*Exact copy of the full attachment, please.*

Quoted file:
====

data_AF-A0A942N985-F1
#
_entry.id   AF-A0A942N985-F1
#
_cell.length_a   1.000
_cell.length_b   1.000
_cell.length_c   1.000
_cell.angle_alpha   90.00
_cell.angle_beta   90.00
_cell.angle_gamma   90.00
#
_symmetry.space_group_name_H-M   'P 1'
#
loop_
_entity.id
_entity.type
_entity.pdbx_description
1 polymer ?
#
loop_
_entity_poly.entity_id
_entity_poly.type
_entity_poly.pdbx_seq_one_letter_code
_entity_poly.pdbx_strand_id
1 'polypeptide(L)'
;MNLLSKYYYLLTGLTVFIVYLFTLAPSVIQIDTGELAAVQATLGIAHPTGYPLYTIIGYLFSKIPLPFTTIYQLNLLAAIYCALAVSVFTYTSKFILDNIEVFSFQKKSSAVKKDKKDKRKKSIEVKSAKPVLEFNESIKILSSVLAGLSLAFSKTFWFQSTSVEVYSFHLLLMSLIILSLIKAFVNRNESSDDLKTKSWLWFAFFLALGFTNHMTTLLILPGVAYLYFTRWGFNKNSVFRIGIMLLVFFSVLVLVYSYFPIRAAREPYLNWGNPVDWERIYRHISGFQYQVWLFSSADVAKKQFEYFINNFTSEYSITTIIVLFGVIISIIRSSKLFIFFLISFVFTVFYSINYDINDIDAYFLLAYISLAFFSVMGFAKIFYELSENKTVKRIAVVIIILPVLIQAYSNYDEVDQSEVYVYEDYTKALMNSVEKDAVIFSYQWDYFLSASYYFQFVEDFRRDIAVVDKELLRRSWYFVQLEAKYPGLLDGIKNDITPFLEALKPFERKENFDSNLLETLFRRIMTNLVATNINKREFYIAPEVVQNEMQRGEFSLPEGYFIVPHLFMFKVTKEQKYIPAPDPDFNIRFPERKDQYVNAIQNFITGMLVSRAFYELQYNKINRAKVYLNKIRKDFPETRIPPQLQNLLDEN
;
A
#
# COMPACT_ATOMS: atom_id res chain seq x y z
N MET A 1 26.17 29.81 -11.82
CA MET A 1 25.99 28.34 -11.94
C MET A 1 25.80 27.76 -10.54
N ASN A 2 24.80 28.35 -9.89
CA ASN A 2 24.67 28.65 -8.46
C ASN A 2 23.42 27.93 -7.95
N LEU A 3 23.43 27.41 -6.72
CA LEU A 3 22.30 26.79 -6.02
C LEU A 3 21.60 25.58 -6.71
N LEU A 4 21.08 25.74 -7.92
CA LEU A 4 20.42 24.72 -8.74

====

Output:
data_AF-A0A942N985-F1
#
_entry.id   AF-A0A942N985-F1
#
_cell.length_a   1.000
_cell.length_b   1.000
_cell.length_c   1.000
_cell.angle_alpha   90.00
_cell.angle_beta   90.00
_cell.angle_gamma   90.00
#
_symmetry.space_group_name_H-M   'P 1'
#
loop_
_entity.id
_entity.type
_entity.pdbx_description
1 polymer ?
#
loop_
_entity_poly.entity_id
_entity_poly.type
_entity_poly.pdbx_seq_one_letter_code
_entity_poly.pdbx_strand_id
1 'polypeptide(L)'
;MNLLSKYYYLLTGLTVFIVYLFTLAPSVIQIDTGELAAVQATLGIAHPTGYPLYTIIGYLFSKIPLPFTTIYQLNLLAAIYCALAVSVFTYTSKFILDNIEVFSFQKKSSAVKKDKKDKRKKSIEVKSAKPVLEFNESIKILSSVLAGLSLAFSKTFWFQSTSVEVYSFHLLLMSLIILSLIKAFVNRNESSDDLKTKSWLWFAFFLALGFTNHMTTLLILPGVAYLYFTRWGFNKNSVFRIGIMLLVFFSVLVLVYSYFPIRAAREPYLNWGNPVDWERIYRHISGFQYQVWLFSSADVAKKQFEYFINNFTSEYSITTIIVLFGVIISIIRSSKLFIFFLISFVFTVFYSINYDINDIDAYFLLAYISLAFFSVMGFAKIFYELSENKTVKRIAVVIIILPVLIQAYSNYDEVDQSEVYVYEDYTKALMNSVEKDAVIFSYQWDYFLSASYYFQFVEDFRRDIAVVDKELLRRSWYFVQLEAKYPGLLDGIKNDITPFLEALKPFERKENFDSNLLETLFRRIMTNLVATNINKREFYIAPEVVQNEMQRGEFSLPEGYFIVPHLFMFKVTKEQKYIPAPDPDFNIRFPERKDQYVNAIQNFITGMLVSRAFYELQYNKINRAKVYLNKIRKDFPETRIPPQLQNLLDEN
;
A
#
# COMPACT_ATOMS: atom_id res chain seq x y z
N MET A 1 26.17 29.81 -11.82
CA MET A 1 25.99 28.34 -11.94
C MET A 1 25.80 27.76 -10.54
N ASN A 2 24.80 28.35 -9.89
CA ASN A 2 24.67 28.65 -8.46
C ASN A 2 23.42 27.93 -7.95
N LEU A 3 23.43 27.41 -6.72
CA LEU A 3 22.30 26.79 -6.02
C LEU A 3 21.60 25.58 -6.71
N LEU A 4 21.08 25.74 -7.92
CA LEU A 4 20.42 24.72 -8.74